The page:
Motivation is a funny thing. It seems to pop up out of nowhere and then vanish when we need it most. Exercise motivation is something everyone struggles with from time to time and given that gyms were closed for a large chunk of this year, it would make sense if you haven’t been as active.
If you experience a lack of motivation when it comes to working out, there might be a way to help this thanks to research published in the International Journal of Behavioral Nutrition and Physical Activity. Researchers from Western University have found that a workout partner coupled with a reward might be enough to get you going.
In order to understand how incentive affects motivation, researchers looked at the fitness app Carrot which gives users financial benefits for exercising. For example, when you increase the number of steps you do each day, you’re awarded points that give you discounts on things like petrol and movie tickets.
The app also introduced a new feature where users could partner up with a friend in order to get more points. According to mindbodygreen, researchers found this new approach led to 1,100 more steps on average for over 60,000 paired users during a 24-week period.
Somewhat surprisingly, at the end of the first 12 weeks of the new initiative, partners on the Carrot app had barely earned enough points to buy a cup of coffee but were still spurred on to make their daily step count.
“Even though it’s a very small reward, it does motivate people both to participate in the challenge and to achieve the challenge,” said lead author of the study, Emma Pearson. “Having a partner who shares the same aims and rewards builds on that incentive. It’s feeling connected with someone, having someone to hold them accountable.”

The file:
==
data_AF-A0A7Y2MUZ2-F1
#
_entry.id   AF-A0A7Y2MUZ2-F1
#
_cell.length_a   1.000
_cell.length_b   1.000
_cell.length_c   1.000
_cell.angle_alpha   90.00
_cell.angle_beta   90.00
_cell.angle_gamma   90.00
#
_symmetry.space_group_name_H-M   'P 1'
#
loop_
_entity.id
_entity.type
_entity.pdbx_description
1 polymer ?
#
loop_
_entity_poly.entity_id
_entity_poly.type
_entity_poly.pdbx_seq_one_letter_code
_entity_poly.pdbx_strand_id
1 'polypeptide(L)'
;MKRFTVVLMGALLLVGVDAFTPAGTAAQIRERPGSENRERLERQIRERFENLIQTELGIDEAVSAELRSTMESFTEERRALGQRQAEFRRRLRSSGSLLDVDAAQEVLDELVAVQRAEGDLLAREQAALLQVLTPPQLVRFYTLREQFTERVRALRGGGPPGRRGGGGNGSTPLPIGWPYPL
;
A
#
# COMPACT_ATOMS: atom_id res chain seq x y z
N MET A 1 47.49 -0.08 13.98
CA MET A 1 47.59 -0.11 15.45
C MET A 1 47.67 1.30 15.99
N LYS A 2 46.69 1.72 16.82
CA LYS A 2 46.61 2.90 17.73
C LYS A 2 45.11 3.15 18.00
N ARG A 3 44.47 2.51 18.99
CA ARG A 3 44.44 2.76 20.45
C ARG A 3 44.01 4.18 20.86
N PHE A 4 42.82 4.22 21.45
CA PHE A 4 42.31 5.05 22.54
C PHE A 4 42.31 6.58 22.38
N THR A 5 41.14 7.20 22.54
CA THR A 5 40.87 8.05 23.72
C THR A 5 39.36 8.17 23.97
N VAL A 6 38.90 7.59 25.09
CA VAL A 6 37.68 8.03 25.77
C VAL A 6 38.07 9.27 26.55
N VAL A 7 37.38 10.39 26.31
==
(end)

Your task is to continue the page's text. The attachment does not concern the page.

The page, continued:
Using an app where you can partner up with friends to reach goals is also a great way of finding connection when you’re separated by distance or in the case of this year, a pandemic.
“When it’s more of a struggle getting people to get together and helping people improve their physical activity levels, you can still connect virtually,” Pearson said.
The World Health Organisation (WHO) recently released a recommendation on how much movement people should be engaging in every week, especially in light of the pandemic which has made many people more sedentary. The WHO recommends adults engaged in 150 to 300 minutes a week of moderate to vigorous aerobic activity. This was also the same recommendation for older adults and those with chronic conditions or disabilities.
Children, on the other hand, should be active for at least 60 minutes a day, according to the WHO, and the activity should be of moderate to vigorous physical activity. Three days a week, it is recommended that kids engage in aerobic activity in order to strengthen their muscles and bones.
“Being physically active is critical for health and well-being – it can help to add years to life and life to years,” WHO Director-General Tedros Adhanom Ghebreyesus said.
In fact, the WHO says that four to five million deaths per year could be averted if people were more active. If you’re struggling to meet these activity recommendations, consider linking up with a friend and building a reward into your workout routine. It could be as simple as popping a few dollars away each time you and a friend work out and putting the money towards a future outing together.